“Sleeping together provides ample bonding time between pup and pet parent and contrary to popular belief, there is little evidence that sleeping in the bed is the root cause of aggressive behavior” – Colleen Demling-Riley, Dog Behaviourist at


1. Disrupts Your Sleep

Sharing your bed with anyone can be disruptive for your sleep, but when it comes to pets this may actually be amplified throughout the night. Normally, a bed partner will at least try to have some respect for the sleeping person beside them, and while they may move around, it’s unlikely they are going to walk across your face every now and again. Dogs, on the other hand, aren’t quite as respectful and you can almost guarantee a kick or two, as well as some digging, walking, turning, pawing, and more.

One of the biggest downsides to co-sleeping is that you can significantly reduce the amount of genuine sleep you get, and in the morning, can be left feeling even more tired than before you went to bed. This is especially true for any light sleepers out there who find their sleep is easily disturbed at even the slightest noise or movement.

So, what do the experts have to say?

“Just like people, animals go into REM sleep — so they might yelp, twitch, bark, or jerk at seemingly random times during the night. Of course, this can end up interrupting your sleep, too!”  – Martin Reed, MEd, CHES®, CCSH,

2. Reduces Hygiene & Cleanliness

Dogs can be downright gross and anyone who owns one can tell you an endless list of things their pooch does that makes them a bit squeamish. From going in the garbage to licking themselves non-stop, dogs certainly don’t share the same hygiene and cleanliness standards as their human counterparts. This lack of personal hygiene is actually one of the biggest reasons why many dog owners frown at sharing their bed as the thought of all that dirt, grime, and germs doesn’t create a relaxing, cozy atmosphere.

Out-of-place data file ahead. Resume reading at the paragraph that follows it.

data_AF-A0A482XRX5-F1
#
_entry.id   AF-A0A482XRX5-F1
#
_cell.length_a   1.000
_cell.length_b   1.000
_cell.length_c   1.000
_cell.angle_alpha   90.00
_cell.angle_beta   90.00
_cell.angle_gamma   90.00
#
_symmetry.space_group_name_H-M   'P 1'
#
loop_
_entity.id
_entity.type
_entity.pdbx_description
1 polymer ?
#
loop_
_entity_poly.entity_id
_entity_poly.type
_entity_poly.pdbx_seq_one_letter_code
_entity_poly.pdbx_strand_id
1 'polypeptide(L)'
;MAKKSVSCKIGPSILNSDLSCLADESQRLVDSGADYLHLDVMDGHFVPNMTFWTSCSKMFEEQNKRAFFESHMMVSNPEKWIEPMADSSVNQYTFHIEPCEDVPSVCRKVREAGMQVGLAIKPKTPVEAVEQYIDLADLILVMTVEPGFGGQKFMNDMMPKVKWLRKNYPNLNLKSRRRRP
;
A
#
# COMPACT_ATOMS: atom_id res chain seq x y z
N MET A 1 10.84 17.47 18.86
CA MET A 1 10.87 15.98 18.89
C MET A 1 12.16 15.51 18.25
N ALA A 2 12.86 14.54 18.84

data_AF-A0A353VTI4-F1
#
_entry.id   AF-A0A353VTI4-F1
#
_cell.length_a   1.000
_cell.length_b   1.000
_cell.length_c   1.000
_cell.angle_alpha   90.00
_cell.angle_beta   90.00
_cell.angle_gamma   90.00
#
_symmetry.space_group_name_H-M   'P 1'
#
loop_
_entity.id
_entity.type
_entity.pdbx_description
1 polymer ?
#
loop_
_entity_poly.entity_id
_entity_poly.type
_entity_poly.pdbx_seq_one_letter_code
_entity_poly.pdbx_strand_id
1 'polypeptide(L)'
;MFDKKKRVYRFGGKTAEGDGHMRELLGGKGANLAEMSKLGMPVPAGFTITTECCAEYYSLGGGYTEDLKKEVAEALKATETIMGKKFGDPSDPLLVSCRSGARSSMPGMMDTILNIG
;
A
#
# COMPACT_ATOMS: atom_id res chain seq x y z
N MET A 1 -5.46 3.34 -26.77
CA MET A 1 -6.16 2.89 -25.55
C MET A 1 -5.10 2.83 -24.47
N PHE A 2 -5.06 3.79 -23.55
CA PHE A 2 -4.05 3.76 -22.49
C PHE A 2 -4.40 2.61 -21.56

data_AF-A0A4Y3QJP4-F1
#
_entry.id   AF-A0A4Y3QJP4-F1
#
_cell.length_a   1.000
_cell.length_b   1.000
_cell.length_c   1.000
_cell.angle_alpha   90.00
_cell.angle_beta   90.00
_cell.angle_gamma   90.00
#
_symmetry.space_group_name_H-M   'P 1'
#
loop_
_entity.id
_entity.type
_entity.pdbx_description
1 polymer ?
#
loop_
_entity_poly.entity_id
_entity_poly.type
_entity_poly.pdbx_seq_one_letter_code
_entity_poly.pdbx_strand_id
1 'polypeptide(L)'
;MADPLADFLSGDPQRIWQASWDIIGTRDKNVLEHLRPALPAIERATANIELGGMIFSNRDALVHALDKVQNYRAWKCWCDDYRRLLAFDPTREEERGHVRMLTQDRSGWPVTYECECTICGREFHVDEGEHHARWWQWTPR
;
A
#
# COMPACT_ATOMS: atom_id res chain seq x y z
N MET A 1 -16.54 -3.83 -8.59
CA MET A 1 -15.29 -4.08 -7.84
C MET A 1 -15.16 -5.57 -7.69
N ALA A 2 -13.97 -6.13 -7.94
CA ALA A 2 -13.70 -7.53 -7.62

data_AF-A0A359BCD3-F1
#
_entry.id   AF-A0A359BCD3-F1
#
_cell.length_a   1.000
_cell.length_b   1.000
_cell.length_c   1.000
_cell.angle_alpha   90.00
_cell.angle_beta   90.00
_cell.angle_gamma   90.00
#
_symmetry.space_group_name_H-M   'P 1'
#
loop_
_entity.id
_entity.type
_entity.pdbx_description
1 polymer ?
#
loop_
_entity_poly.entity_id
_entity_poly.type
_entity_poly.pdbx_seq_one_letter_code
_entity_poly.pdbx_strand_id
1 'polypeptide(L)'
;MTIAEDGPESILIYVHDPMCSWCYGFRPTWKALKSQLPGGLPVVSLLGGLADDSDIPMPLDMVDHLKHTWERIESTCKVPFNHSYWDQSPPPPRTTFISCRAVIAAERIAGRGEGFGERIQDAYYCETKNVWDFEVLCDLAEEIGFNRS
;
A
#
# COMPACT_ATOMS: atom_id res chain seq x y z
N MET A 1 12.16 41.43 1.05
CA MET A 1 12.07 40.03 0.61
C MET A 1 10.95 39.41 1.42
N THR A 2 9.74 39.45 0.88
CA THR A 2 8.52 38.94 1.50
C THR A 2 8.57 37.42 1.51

Just like you wouldn’t climb into bed at night with your running shoes on, allowing your pet into the bed with their dirty paws is virtually the same thing and can even possibly present a health-hazard to unsuspecting pet owners. Sure, you could bathe your furry friend every night before bed, but most dogs aren’t eager to hop in the tub and you’re only going to add more work and stress to your pre-bed routine. And it isn’t just dirty paws that are a problem, as one expert says:

“The downside of having your pet in your bed is that hygiene and cleaning will become more important to control the pet fur and dander in your bed. If your pet has any parasites such as fleas, you can be more prone to bites from the close proximity you will have to your pet.” – Pippy Pelham, Marketing Lead at Small Door Veterinary